(vi) working with the National Response Team (NRT) and Regional Response Teams (RRTs), identify means for Federal technical assistance to support developing, implementing, exercising, and revising State, local, and tribal emergency contingency plans, including improved training; and
(vii) examine opportunities to improve public access to information about chemical facility risks consistent with national security needs and appropriate protection of confidential business information.
(b) Within 90 days of the date of this order, the Attorney General, through the head of the Bureau of Alcohol, Tobacco, Firearms and Explosives (ATF), shall assess the feasibility of sharing data related to the storage of explosive materials with SERCs, TEPCs, and LEPCs.
(c) Within 90 days of the date of this order, the Secretary of Homeland Security shall assess the feasibility of sharing Chemical Facility Anti-Terrorism Standards (CFATS) data with SERCs, TEPCs, and LEPCs on a categorical basis.
(a) Within 45 days of the date of this order, the Working Group shall deploy a pilot program, involving the EPA, Department of Labor, Department of Homeland Security, and any other appropriate agency, to validate best practices and to test innovative methods for Federal interagency collaboration regarding chemical facility safety and security. The pilot program shall operate in at least one region and shall integrate regional Federal, State, local, and tribal assets, where appropriate. The pilot program shall include innovative and effective methods of collecting, storing, and using facility information, stakeholder outreach, inspection planning, and, as appropriate, joint inspection efforts. The Working Group shall take into account the results of the pilot program in developing integrated standard operating procedures pursuant to subsection (b) of this section.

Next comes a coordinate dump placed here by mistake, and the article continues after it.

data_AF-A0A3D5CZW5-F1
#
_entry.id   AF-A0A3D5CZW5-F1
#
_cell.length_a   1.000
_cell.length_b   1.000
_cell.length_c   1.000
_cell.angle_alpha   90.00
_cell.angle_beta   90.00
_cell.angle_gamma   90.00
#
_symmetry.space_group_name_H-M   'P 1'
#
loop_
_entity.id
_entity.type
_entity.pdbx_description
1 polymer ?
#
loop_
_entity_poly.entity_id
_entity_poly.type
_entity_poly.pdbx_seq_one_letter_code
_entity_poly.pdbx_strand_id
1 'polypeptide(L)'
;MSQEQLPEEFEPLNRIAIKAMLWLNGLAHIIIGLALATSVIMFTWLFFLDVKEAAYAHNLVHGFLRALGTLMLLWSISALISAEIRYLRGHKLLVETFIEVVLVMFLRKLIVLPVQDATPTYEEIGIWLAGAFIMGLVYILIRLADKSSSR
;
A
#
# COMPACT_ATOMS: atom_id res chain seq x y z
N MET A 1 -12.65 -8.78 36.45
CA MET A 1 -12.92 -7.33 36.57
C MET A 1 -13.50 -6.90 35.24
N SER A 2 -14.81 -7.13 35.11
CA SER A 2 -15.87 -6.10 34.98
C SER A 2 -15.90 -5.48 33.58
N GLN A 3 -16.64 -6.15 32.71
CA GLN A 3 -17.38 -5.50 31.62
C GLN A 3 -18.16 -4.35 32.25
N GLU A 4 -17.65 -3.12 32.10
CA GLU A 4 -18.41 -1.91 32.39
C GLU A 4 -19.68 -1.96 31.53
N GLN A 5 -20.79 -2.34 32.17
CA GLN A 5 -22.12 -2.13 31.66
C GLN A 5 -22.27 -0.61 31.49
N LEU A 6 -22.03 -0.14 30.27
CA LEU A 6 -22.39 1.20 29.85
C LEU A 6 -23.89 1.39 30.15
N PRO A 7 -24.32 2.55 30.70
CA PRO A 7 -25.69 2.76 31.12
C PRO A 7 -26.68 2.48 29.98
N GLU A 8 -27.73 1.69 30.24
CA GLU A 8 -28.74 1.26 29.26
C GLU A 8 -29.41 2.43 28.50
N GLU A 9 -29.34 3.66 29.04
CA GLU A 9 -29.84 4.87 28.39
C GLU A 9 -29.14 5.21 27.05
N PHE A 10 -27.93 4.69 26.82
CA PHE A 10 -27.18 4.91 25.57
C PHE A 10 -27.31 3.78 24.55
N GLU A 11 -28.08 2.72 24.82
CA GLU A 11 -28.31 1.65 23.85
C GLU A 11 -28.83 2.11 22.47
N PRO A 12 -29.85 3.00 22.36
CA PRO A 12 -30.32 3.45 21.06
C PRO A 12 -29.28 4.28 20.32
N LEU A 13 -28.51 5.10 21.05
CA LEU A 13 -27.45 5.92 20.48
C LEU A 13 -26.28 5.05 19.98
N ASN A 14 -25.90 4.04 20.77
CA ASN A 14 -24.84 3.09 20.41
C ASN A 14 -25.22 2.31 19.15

(b) Within 270 days of the date of this order, the Working Group shall create comprehensive and integrated standard operating procedures for a unified Federal approach for identifying and responding to risks in chemical facilities (including during pre-inspection, inspection execution, post-inspection, and post-accident investigation activities), incident reporting and response procedures, enforcement, and collection, storage, and use of facility information. This effort shall reflect best practices and shall include agency-to-agency referrals and joint inspection procedures where possible and appropriate, as well as consultation with the Federal Emergency Management Agency on post-accident response activities.